Design trends come and go, but some fads seem firmly rooted in the past. Sure, we see terrazzo, curvy furniture, and Granny chic make comebacks around the clock, but certain phenomenons are noticeably missing from the trend cycle.
Take waterbeds, for example.
Waterbeds were once all the rage in the 1970s, but we haven’t seen much of them since then. After all, we highly doubt waterbeds can fit in a compact, easy to ship box like Casper or Leesa mattresses. But some recent buzz suggests a waterbed comeback isn’t as far-fetched as you would think.
Charles Hall, a.k.a. the inventor of the waterbed, recently launched a new and improved waterbed company called AFloat. The concept is the same as the waterbeds of yore—your mattress is filled with H20, not springs or foam—but AFloat has some considerable upgrades. Thanks to the company’s patent-pending insulation system, AFloat’s mattresses use 40 percent less energy than typical waterbeds. Its denim-like mattress cover gives your body the support it needs. Plus, AFloat says its “impermeable membrane” keeps bugs and unwanted creatures from punching a hole and wiggling into your bed.
All this hype around AFloat has us wondering, are waterbeds actually making a comeback?
Well, it depends on who you ask.
For some, the long awaited return of waterbeds comes as good news.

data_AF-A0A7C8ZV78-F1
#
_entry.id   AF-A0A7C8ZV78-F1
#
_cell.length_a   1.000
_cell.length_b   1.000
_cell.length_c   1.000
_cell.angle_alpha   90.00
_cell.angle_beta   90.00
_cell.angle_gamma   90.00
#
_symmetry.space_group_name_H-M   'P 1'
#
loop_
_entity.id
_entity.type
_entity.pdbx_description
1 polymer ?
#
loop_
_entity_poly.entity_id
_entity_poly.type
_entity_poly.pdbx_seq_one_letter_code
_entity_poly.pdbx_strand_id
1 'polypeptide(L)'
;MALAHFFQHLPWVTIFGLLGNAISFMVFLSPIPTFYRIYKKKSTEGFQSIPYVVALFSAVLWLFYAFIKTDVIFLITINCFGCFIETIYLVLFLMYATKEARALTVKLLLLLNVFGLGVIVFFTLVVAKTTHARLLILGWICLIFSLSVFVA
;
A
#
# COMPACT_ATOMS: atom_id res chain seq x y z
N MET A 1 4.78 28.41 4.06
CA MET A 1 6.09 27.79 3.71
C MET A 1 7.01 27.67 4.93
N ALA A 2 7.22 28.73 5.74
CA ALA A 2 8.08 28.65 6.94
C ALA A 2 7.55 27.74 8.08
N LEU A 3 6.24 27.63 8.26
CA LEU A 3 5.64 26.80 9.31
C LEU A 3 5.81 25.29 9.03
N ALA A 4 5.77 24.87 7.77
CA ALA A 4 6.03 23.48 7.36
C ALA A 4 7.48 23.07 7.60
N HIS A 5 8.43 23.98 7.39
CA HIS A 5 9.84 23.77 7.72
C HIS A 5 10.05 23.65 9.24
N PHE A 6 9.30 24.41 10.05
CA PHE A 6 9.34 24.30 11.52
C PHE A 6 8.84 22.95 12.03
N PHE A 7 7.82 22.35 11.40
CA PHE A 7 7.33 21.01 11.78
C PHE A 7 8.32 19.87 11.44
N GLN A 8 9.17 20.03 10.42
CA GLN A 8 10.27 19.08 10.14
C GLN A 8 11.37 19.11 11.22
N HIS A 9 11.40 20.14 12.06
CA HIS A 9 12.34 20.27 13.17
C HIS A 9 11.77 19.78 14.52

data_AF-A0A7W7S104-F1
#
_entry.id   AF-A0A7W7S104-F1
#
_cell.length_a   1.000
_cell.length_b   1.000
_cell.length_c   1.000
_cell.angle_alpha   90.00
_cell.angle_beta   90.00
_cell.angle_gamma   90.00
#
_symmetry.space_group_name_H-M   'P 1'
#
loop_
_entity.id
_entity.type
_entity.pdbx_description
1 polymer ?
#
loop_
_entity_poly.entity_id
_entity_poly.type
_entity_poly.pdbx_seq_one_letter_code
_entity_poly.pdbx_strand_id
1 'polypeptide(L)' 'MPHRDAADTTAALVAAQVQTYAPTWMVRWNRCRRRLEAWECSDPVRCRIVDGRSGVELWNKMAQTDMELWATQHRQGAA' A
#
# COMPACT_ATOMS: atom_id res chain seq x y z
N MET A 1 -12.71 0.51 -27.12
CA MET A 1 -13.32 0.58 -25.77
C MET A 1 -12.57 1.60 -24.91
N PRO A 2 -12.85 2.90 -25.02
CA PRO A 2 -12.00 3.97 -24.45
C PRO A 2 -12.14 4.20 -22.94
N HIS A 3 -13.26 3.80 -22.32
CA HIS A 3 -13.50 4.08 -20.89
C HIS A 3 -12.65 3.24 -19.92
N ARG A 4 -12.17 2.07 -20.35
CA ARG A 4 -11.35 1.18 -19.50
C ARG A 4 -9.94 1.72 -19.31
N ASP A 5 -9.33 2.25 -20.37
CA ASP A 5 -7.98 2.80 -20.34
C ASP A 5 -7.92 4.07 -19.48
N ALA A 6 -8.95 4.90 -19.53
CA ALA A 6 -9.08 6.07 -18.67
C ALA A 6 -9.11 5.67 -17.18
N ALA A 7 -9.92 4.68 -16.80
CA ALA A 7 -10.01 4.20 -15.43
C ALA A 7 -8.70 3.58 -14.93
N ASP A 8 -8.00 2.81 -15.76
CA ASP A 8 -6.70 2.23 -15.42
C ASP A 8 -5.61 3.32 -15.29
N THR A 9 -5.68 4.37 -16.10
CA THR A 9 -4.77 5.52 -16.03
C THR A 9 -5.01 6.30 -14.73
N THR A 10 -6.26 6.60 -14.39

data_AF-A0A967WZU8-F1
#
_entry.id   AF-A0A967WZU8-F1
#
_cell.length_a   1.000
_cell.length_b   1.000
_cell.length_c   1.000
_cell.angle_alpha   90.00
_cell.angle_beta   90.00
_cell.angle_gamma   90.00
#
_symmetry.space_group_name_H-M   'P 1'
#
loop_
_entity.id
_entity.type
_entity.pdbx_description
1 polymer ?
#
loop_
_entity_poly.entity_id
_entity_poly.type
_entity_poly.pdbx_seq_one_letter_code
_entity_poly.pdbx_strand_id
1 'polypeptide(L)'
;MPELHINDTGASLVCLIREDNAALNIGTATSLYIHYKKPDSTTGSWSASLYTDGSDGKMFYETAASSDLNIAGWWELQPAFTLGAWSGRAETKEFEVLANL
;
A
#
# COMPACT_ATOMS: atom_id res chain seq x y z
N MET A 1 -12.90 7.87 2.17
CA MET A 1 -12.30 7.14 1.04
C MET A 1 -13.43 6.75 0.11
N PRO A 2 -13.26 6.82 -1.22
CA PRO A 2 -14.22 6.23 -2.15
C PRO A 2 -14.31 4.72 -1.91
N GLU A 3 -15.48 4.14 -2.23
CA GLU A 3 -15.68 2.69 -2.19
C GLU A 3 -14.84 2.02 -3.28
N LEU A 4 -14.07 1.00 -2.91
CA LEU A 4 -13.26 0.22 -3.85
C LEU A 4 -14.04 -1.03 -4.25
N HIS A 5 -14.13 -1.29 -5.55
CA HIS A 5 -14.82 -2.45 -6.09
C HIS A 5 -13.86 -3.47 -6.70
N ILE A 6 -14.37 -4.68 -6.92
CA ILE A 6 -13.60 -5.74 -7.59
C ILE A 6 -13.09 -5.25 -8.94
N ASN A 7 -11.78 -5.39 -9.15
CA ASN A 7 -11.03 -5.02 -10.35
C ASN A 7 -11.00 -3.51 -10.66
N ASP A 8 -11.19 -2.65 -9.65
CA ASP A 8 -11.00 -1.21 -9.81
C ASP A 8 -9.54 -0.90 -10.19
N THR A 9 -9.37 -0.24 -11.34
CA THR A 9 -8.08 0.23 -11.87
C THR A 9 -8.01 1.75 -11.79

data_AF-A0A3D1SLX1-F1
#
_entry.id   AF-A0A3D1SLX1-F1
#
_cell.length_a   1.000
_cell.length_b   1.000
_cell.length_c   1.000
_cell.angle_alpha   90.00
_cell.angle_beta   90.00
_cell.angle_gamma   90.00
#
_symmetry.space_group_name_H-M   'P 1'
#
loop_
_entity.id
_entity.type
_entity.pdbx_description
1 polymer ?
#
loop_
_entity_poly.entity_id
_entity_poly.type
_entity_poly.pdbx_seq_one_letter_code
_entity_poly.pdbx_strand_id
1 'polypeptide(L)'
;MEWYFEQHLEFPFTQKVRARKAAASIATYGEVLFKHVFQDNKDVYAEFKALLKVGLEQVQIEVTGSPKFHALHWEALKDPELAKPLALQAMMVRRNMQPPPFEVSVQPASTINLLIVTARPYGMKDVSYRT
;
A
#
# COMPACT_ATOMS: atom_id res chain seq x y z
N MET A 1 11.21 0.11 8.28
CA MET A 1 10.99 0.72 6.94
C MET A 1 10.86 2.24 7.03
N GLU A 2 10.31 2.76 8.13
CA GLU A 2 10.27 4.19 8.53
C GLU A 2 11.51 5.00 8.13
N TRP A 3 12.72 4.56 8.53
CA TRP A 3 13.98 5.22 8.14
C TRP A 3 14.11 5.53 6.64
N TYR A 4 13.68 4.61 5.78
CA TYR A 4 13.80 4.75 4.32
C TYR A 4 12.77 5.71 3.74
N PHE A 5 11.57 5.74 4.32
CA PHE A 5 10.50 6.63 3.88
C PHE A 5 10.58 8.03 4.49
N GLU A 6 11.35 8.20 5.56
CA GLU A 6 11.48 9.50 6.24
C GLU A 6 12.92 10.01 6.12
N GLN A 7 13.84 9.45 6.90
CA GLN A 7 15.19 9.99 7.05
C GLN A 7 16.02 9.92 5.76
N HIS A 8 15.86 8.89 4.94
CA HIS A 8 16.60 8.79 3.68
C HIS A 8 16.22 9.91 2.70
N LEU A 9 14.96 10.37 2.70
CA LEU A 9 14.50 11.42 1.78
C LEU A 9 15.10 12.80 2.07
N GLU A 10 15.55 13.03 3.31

“Some people will always love waterbeds because they succeed at two things: they are incredibly responsive to the body and they help regulate temperature,” says Joe Megibow, CEO of mattress company Purple. “These two features greatly improve the quality of sleep one gets.”
That being said, Megibow predicts most people won’t be so quick to bring back the waterbed.
“It’s not likely waterbeds will become mainstream again,” he says. “There were many reasons why they fell out of favor over the last few decades that still exist. They can be incredibly heavy, they can cause water damage, they are difficult to fill and unfill.”
He has a point. Many of today’s boxed mattresses have temperature regulating properties and contour nicely to your body—all without H20.
“I think mattress material innovations make it possible for consumers to get the same deep, quality sleep they’ve come to love with waterbeds, without any of the downsides,” he adds.
But if you are one of the people who have a soft spot for waterbeds, you’ve probably at least thought about getting one for yourself. While you should always keep weight standards and energy consumption in mind, a site aptly called Buy Water Bed has some pointers. Look for protective cover and reinforced corners, which keep your bed from getting punctured and, well, leaking. Extra lumbar support is also a big plus, as it will help promote a comfortable good night’s sleep.
What do you think? Should waterbeds make a comeback? Sound off in the comments below!